EDWARD DUNCAN, after G.P. MENDS, The Burning of the United States Steam Frigate Missouri, c. 1843.
EDWARD DUNCAN, after G.P. MENDS
The Burning of the United States Steam Frigate Missouri, At Gibraltar Aug. 26th 1843
London: Ackermann & Co., c. 1843
Lithograph with original hand color
Paper size: 14 1/4" x 17"
Description of the original painting housed in the permanent collection of the Gibraltar National Museum:
Burning of USS Frigate Missouri at Gibraltar
The USS Missouri was a 10-gun side-wheel frigate, one of the first steam warships of the United States Navy. Its construction began at the New York Navy Yard in 1840 and was launched on 7 January 1841, being commissioned in early 1842 with Captain John Newton in command.
She was said to have cost $600,000 to build and her engines were capable of 600 horsepower.
On 6 August 1843 the Missouri was bound for Alexandria, Egypt with US Minister to China Caleb Cushing aboard, on the first leg of his journey to negotiate the first commercial treaty with China. The same day the ship was visited by US President John Tyler who came on board for a few hours’ cruise, observing the crew working the ship and the powerful twin paddlewheels in action. After the President disembarked, the frigate steamed from Norfolk, Virginia to Gibraltar via the Azores on what was the first powered crossing of the Atlantic by an American warship.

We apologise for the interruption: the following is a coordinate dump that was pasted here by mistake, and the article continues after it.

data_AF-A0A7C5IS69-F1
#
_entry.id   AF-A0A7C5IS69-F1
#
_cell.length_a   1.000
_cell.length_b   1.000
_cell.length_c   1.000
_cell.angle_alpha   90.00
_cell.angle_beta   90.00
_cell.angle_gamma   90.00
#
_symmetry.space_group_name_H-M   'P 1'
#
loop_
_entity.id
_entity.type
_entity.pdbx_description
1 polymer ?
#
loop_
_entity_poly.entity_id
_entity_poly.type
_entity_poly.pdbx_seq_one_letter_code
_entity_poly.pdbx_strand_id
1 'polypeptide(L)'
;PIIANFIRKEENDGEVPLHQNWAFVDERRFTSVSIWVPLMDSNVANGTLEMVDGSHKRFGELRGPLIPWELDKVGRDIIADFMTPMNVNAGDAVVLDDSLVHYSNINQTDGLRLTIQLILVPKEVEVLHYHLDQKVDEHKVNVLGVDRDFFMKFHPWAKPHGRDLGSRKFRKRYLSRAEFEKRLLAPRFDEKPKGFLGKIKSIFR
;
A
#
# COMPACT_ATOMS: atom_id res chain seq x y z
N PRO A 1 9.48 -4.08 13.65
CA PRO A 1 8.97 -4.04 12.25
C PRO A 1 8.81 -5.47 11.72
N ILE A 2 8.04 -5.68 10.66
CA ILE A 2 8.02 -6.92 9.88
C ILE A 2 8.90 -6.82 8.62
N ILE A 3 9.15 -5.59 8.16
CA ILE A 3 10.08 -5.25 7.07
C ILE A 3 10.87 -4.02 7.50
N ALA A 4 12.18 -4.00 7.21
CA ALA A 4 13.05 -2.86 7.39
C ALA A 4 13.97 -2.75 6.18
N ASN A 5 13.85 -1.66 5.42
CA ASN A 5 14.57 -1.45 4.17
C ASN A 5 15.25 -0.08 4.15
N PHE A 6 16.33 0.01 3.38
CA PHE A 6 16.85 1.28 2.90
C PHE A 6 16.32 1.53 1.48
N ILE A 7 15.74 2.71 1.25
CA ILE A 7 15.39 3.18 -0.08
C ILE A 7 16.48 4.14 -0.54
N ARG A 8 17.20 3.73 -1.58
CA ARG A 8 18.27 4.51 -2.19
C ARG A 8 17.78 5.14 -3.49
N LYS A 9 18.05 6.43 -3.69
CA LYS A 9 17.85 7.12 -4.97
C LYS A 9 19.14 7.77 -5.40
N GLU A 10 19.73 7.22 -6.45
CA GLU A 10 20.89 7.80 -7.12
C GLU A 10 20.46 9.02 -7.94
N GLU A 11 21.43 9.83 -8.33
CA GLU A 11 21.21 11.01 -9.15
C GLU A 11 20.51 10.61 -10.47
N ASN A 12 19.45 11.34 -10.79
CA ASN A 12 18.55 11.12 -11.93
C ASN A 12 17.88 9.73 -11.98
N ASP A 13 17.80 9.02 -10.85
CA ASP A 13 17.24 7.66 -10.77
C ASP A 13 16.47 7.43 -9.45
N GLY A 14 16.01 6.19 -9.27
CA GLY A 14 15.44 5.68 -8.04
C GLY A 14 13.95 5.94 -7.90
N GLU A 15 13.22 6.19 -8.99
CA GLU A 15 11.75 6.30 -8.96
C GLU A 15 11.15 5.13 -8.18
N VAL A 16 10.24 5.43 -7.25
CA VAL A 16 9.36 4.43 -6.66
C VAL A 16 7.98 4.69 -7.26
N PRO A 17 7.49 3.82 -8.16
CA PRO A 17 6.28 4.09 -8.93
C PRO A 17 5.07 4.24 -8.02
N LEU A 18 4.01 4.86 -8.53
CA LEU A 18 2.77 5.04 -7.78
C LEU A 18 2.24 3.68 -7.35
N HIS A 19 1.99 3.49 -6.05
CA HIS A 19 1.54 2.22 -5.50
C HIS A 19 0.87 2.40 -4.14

The Missouri anchored in Gibraltar Harbour on 25 August. The following night the engineer’s yeoman accidentally broke a demijohn of turpentine in the storeroom which soon ignited. The fire spread so rapidly that the crew had to abandon ship, barely escaping with their lives. Minister Cushing was just about able to rescue his official letter to the Daoguang Emperor of China, allowing him later to carry out his mission and sign the Treaty of Wanghia. In four hours, the steam frigate was reduced to a blackened and sinking hulk and at 03:20 in the morning of the 27th, the forward powder magazine blew up, destroying the still burning skeleton of the ship.
The British ship of the line HMS Malabar assisted the Missouri in fighting the fire and took aboard some 200 of her men. The then Governor of Gibraltar, Sir Robert Thomas Wilson, threw open the gates of the fortress to the survivors in an unprecedented act of courtesy which was recognised by a resolution of appreciation from the US Congress. The remains of the once proud frigate, now a hazard to navigation, were painstakingly removed by divers, piece by piece, from the shallow waters of the harbour.
Image: Burning of U.S.S. Frigate Missouri at Gibraltar. 26th August, 1843. Drawn by E. Duncan from a sketch made on the spot by Lieutenant G. P. Mends.